Syrian President Bashar  al-Assad, Photo, AP

Bashar al-Assad (Photo credit: AP)

On April 15, 2018 Orthodoxy in Dialogue published the Joint Statement of the Patriarchs of Antioch on the civil war in Syria, and on April 27, 2018 the insightful Bashar al-Assad and Syrian Christians: What Should We Think? by Dr. Philip Dorroll and then associate editor Kari Edwards. From the vantage of their respective areas of study, Dorroll and Edwards separately address the widespread assumption that Bashar al-Assad is the protector of Syria’s Christians.

A year and a half later, on September 5, 2019, the Syrian Network for Human Rights (SNHR) has released a 21-page report entitled Targeting Christian Places of Worship in Syria Is a Threat to World Heritage; The Syrian [Assad] Regime Bears Primary Responsibility for 61% of the Targeting of Christian Places of Worship in Syria. The PDF of the report can be read and downloaded here.

For those who haven’t the time or inclination to read a 21-page report, Emily Jones has summarized it for CBN News, and included commentary from other sources, in her brief Assad Regime Named Number One Threat to Syria’s Christians After 120+ Churches Intentionally Attacked.

Jones writes:

As the death toll continues to climb in Syria’s bloody civil war, a lesser-known casualty recently came to light in a new report by the Syrian Network for Human Rights (SNHR) – churches and Christian places of worship. 

The watchdog group reports that President Bashar Al-Assad’s Regime and other major factions in the Syrian Civil War have intentionally damaged or destroyed at least 124 churches since the war began in 2011.

The ‘Main Threat’

Islamic terror groups, factions of the Armed Opposition, and other parties have all deliberately attacked churches, but SNHR analysts accuse Assad’s regime of being responsible for 61% of the assaults on churches  –  making the dictator one of the biggest threats to Syria’s Christian heritage.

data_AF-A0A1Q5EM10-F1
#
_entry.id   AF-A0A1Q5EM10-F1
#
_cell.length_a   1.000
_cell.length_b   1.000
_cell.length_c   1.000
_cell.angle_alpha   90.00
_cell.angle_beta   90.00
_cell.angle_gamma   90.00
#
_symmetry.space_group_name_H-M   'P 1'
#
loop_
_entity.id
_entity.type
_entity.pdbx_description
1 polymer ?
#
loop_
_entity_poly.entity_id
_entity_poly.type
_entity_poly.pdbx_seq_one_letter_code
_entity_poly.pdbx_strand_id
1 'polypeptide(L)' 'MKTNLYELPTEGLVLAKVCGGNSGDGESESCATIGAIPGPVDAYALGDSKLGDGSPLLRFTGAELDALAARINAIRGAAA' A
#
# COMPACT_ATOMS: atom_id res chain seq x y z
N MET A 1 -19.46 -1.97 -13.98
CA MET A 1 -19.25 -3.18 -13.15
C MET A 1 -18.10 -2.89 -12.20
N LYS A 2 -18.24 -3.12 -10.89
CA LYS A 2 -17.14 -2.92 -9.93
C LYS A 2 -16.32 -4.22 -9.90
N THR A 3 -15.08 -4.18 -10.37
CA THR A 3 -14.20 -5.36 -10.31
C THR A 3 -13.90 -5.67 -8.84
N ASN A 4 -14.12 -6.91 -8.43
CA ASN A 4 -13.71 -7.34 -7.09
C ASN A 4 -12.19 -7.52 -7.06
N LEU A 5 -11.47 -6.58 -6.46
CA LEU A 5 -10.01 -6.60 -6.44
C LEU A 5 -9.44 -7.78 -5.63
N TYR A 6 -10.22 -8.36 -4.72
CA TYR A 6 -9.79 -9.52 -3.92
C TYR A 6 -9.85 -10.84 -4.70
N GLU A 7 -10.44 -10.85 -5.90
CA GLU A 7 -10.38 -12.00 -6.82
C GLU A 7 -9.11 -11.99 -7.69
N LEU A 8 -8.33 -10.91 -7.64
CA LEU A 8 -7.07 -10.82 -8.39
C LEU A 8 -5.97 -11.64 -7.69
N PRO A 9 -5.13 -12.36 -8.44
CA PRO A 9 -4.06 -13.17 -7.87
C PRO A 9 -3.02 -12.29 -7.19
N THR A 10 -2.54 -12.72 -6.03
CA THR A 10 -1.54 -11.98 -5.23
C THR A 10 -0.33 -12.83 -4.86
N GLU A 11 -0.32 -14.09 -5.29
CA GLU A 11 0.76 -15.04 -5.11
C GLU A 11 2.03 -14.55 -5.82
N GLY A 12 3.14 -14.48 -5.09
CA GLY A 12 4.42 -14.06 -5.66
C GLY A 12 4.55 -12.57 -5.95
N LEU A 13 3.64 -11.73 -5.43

These violations by the Assad regime include dropping bombs on civilian places of worship with no military headquarters or equipment nearby, turning places of worship into military headquarters, and repeated attacks on churches.

The deliberate destruction of houses of worship is a direct violation of international law, and according to the SNHR report, Assad’s forces have assaulted Christian churches seven-times more than ISIS has.

Islamic Extremism vs. a Dictator

SNHR chairman Fadel Abdul Ghany told reporters on Monday in a conference call that while Islamic extremists are targeting Christians simply because they are Christians, the Assad regime is targeting anyone who opposes his dictatorship.

Assad’s forces justify repeated attacks on churches by saying they were being used by opposition forces, Erica Hanichak of Americans for a Free Syria told reporters on Monday.

Ghany said Assad is the “main threat” to Christians because he has better weapons to use against their churches than any of the other parties fighting in the war.

The SNHR report contained photos of gaping holes left in church roofs, crumbling buildings, and shattered glass windows.

The report said that some churches suffered from multiple attacks. For example, the Church of the Lady of Peace in Homs was attacked seven times by the Syrian Regime, and the Church of Saint Takla in Damascus was attacked four times.

The Armed Opposition forces attacked the Roman Orthodox Church of the Holy Cross in Damascus four times, along with churches in Aleppo in 2012 and 2013.

The report challenges Assad’s claims that he leads a secular government with a desire to protect and preserve Syria’s Christians and religious minorities.

“While the regime claims that it has not committed any violations and that it is keen on protecting the Syrian state and the rights of minorities, it has carried out qualitative operations in suppressing and terrorizing all those who sought political change and reform, regardless of religion or race, and of whether this causes the destruction of the heritage of Syria and the displacement of its minorities,” said Ghany on Monday.

The Dilemma Among Christians

Despite accusations of war crimes, there are those – among them many Christians – who support Assad’s rule. One big reason is that they do not see a better option for Syria any time soon.

“The big fear of the Christians—the majority—is if he  [Assad]  goes, who will come in? And that is the big, big fear,” Bishop Nicholas James Samra of the Melkite Eparchy of Newton told the Catholic News Agency.

Continue reading Ms. Jones’ article at CBN News.
Read SNHR’s original report here.

Emily Jones is a multi-media journalist for CBN News in Jerusalem. Before she moved to the Middle East in 2019, she spent years regularly traveling to the region to study the Israeli-Palestinian conflict, meet with government officials, and raise awareness about Christian persecution. Read her complete bio here.

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